Rob Thorne, Urban Shaman – how you can help him get to the Amazon


(Photo by Paul Moss)

I’ve known Rob Thorne for years now – since the early 90s. He has heaps of integrity, wisdom and does lots of great work in the community. He’s a top bloke and at the moment he’s a top bloke who needs a bit of help to achieve his dream of travelling to the Amazon to learn from local Shaman and bring that knowledge home. He’s been invited to go there and learn from some ancient Shamanic ceremonies. I interviewed Rob about his plans and hopes and just who he is and what he’s up to….

Tell us about who you are and what you do….
I am a musician and an anthropologist and a 3rd Degree Reiki practitioner.  I am a direct descendent of Mokena Hou the Peacemaker, of Ngati Tumutumu from Te Aroha. I grew up in transient small town rural NZ, from East Coast Wairoa, to far north Hokianga, the son of educators. I have lived in the Manawatu since the end of the 1980s when I came here to attend Massey University straight out of school. I see my journey through life as one of identity and connection, for me it is all abiut connecting the dots, understanding and knowledge.
(HL – Rob makes and plays beautiful Nga Taonga Puoro out of natural materials like wood, bone, shell.)
(Photo by Kirsty Porter)
Why do you want to go to the Amazon? What are you hoping to learn there? 
The Amazon is a long time dream of mine. Ever since my early teens Ive wanted to go there. Something very deep has always spoken to me about this place. The vast ancient vitality of it all.
I am going to specifically partake in a set of particular ceremonial rituals. These rites have been performed by these people for thousands of years. I believe there is a strong chance that such rites were once performed by everybody, that they were part of what established our humanity, our consciousness, but over time these have been mislaid, misplaced by humans. The ceremonies are about connecting with a consciousness that has always been, the consciousness that we came out of. This connection then gives an understanding of the larger and smaller picture, how and where we fit into it all.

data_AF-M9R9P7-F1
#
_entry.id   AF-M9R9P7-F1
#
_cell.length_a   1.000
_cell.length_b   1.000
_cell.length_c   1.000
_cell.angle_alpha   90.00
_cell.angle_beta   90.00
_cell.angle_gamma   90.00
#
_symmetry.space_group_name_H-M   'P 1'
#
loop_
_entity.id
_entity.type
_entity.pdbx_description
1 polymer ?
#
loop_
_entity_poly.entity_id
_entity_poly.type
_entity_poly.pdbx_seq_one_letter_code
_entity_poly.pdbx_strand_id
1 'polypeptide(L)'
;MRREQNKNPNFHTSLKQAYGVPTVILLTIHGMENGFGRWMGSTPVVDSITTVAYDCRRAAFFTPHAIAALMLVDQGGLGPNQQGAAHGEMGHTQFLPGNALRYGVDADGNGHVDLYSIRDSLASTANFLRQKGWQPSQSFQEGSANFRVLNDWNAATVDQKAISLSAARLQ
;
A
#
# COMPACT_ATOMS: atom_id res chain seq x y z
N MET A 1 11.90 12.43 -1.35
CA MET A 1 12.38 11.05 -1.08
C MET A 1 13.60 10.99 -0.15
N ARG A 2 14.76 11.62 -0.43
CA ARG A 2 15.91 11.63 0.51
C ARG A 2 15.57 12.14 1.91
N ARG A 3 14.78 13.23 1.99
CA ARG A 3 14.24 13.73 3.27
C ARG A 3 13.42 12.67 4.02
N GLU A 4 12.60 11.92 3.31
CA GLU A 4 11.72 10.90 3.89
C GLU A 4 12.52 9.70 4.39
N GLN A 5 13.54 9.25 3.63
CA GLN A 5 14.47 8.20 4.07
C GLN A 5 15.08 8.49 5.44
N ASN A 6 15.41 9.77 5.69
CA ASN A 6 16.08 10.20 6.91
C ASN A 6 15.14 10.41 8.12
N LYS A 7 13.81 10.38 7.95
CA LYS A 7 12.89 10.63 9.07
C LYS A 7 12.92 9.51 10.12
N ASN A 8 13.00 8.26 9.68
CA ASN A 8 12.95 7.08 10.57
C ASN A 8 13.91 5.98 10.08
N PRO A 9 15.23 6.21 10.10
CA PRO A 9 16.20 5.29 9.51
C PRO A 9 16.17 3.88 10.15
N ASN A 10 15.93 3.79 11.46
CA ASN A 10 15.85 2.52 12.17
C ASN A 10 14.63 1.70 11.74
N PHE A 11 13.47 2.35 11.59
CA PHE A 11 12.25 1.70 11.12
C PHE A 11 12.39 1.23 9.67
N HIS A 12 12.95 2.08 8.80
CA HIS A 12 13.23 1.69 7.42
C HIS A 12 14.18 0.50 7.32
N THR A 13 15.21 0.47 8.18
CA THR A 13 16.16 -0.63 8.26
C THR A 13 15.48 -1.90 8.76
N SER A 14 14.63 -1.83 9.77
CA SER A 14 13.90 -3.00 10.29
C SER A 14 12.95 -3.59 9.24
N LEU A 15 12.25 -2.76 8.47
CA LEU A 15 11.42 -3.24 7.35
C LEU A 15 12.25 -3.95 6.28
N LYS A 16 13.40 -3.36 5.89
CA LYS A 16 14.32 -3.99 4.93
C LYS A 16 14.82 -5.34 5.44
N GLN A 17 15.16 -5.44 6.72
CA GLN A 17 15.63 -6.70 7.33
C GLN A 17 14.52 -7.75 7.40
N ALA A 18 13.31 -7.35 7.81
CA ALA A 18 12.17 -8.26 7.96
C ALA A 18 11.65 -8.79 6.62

(HL – I will just add in here on Rob’s behalf, that he has been invited to be part of these ceremonies. He isn’t tourist-ing!)
Do you consider yourself a ‘Shaman’? (Or maybe a ‘Shaman-in-training’?) I read a definition of Shamanism the other day: ‘Shamanism is the universal religion of wild earth’ – what do you think about that definition? 
Shamanism is a belief that all things have life, from the earth and the rocks that live upon her, to the trees and the sky above them. With a recognition that all things live, and are sentient, one then operates in a universe where all things are connected and related, literally. Where the trees and the animals are our brothers and sisters, and the earth is our mother, from which we were born.
I only see myself as a shaman in that I seek to work with this truth, and in the process help others to develop their connections with it also. As a healer, my role is to bring greater connection, for myself, for others, for all. This is what brings healing.
How do you sustain your life as an artist (not just financially, but emotionally, spiritually…?) What keeps you going? Any words of advice for young artists on how to sustain a creative life? 
I do what I do because I have to, because I cant hide from it. I do it because I more than love it. It is what sustains me, not the other way around. The art, the music, the act of doing, is what brings connection and healing.
Do it because you love it. Not for others, not for money, or fame. If we do it for these things, at some point our intention, motivation becomes derailed by other peoples’ perceptions and desires and we lose touch with who we are and why we are.
Do it for yourself. Do it, and do it, and keep doing it. Develop it, work it, but keep doing it. Heal yourself. Let go of judgement. Let go of what you might believe other people think is important and do it because you know it is. That is when people will connect.
(Photo by Radinka Maru.)
Rob’s Pozible Campaign is HERE and it has just nine days to go, so if you can help in this way – please do it soon! He is really close to his goal, but just needs that last push to get him over the goalposts. (Remember with these campaigns – the artists don’t get any pledged money if the goal is not reached.) This amount just pays for Rob’s air-fares but not his expenses, so any money over the goal will help him with travelling expenses.
If you’d like to help with a donation, but you don’t have Paypal or don’t want to use Pozible, get in touch with me and I will get you in touch with Rob for an internet banking donation or similar.
If you are cash-strapped but would like to help, you could spread the word via social media or emails to any friends you think might be interested in helping, with a link to Rob’s Pozible Campaign.
Some Rob-related links:
(Photo by Jo Berry Loughlin)
Thank you so much! I know Rob will be reading this, so if you have any questions for him or want to wish him well, please do so in the comments.
Fingers crossed for you, Rob! Kia kaha, e hoa. 

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